Most FRS and GMRS radio’s have a built in CTCSS (Continuous Tone-Coded Squelch System) which when employed, forces a radio in receive mode to squelch the audio output when the selected tone is not present on a received signal. This allows an FRS/GMRS radio user to set up any number of radio’s on the same channel with the same privacy tone such that the radio’s will only unsquelch if and only if the received signal has the tone present.
Privacy tones actually have nothing to do with privacy. Using a privacy tone does not prevent others from eavesdropping on your conversation. Rather than calling them privacy tones as the makers of FRS/GMRS radio equipment do, they can more appropriately be called “silence” tones. This is because all that these tones do is silence your radio when the person transmitting on your channel is not using the same (or any) privacy tone.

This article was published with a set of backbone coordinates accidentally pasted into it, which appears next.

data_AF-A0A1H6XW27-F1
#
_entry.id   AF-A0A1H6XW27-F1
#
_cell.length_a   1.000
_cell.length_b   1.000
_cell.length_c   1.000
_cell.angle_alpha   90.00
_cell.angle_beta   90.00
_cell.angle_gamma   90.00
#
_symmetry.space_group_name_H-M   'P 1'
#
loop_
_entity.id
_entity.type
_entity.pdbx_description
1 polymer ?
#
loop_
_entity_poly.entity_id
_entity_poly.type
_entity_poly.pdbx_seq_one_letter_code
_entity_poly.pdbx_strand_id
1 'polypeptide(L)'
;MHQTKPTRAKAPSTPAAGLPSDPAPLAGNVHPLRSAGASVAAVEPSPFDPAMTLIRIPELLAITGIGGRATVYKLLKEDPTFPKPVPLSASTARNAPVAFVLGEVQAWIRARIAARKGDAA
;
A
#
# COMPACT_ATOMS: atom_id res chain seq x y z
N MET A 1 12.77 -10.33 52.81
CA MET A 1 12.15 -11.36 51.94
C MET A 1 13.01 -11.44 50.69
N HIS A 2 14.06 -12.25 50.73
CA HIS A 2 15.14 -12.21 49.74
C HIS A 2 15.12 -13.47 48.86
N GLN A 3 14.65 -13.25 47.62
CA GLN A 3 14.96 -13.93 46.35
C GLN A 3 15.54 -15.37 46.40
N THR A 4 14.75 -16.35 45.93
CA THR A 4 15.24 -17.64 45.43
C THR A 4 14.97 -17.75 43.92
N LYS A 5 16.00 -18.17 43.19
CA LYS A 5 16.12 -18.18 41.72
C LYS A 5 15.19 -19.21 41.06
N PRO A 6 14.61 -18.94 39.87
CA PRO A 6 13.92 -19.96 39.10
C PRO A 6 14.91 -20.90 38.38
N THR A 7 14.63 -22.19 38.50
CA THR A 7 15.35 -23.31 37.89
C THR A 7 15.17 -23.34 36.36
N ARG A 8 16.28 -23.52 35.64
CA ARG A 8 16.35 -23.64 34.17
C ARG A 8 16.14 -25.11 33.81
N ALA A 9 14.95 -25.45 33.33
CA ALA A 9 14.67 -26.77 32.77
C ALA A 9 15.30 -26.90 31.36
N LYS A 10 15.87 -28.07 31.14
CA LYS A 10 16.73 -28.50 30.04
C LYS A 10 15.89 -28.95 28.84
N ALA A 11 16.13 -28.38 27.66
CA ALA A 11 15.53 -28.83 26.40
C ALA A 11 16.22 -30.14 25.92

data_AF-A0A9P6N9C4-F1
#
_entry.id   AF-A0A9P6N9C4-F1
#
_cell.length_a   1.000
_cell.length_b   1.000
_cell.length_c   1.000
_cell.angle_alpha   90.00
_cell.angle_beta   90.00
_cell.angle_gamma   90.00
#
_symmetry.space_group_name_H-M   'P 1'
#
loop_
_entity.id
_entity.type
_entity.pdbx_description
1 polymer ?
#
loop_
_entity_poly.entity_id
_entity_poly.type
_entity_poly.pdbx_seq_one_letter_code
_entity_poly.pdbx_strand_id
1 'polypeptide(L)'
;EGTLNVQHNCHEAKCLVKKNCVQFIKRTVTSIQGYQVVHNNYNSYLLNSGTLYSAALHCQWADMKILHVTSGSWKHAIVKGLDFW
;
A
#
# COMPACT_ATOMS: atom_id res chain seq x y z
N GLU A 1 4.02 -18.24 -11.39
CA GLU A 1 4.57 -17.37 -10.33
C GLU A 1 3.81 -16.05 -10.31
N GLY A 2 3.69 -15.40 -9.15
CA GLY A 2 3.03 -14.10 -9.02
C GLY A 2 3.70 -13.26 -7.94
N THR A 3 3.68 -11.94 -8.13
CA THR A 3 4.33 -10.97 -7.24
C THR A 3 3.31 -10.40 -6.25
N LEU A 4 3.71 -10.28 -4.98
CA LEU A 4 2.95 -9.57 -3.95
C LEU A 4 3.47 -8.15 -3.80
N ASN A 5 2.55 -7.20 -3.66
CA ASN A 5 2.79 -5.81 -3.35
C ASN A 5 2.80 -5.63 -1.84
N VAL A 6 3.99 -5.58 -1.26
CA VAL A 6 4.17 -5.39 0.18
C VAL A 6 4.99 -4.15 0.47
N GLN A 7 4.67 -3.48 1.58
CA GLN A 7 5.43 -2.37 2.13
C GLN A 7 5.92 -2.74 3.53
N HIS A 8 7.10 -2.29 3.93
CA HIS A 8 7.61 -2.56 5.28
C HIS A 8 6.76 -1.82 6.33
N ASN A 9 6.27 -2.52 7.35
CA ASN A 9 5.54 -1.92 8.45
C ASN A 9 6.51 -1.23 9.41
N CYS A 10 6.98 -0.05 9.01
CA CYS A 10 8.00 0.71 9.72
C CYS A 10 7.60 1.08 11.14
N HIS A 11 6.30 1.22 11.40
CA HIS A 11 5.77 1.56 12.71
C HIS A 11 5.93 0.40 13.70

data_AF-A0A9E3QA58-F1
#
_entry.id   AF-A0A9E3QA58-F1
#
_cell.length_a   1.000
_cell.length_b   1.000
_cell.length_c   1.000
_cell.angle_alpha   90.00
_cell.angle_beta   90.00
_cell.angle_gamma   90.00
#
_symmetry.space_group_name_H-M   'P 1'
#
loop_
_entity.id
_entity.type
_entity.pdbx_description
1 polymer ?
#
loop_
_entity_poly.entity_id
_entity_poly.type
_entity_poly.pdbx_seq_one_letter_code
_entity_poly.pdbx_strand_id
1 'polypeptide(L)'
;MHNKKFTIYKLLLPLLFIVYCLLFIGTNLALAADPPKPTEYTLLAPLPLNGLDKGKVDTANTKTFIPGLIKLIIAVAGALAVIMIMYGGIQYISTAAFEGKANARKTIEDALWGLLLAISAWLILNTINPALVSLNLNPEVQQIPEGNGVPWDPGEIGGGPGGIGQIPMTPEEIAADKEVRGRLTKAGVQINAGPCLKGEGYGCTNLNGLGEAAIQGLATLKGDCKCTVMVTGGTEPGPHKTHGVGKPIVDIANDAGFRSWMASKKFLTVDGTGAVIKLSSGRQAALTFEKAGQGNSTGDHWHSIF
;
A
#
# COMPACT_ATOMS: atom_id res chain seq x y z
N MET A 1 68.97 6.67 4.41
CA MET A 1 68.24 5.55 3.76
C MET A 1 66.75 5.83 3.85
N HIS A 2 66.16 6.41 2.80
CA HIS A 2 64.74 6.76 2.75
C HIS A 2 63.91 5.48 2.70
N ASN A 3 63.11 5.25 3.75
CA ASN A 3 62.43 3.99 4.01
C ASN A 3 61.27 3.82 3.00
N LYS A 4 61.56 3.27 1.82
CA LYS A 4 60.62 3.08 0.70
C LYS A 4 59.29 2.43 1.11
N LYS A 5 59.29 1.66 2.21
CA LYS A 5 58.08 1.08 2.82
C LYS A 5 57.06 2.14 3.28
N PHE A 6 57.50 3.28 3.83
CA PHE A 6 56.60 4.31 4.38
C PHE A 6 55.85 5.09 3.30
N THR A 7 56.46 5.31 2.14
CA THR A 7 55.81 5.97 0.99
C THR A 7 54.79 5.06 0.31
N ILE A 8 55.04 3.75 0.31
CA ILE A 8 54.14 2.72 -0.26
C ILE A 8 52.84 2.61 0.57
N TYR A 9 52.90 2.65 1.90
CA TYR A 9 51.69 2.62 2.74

The reason that you cannot hear a privacy tone when it is being used on a channel you are receiving is because your FRS/GMRS radio uses a high-pass audio filter to remove all of the audio below a certain frequency. This effectively blocks the tones from being output on the radio’s speaker.
So how does it work? In the following example table, all of the people are using FRS radio’s on channel 2.
|Name||privacy code||Who this person can hear|
There are a lot of FRS/GMRS radio manufacturers including Motorola, Uniden, Cobra, Midland, and many others. Unfortunately, these manufacturers have not gotten together and defined a standard mapping of their privacy numbers to the tone frequencies. Motorola has consistently provided a list of 38 PL tones and some manufacturers implement a subset of this list.
|Motorola (and others)
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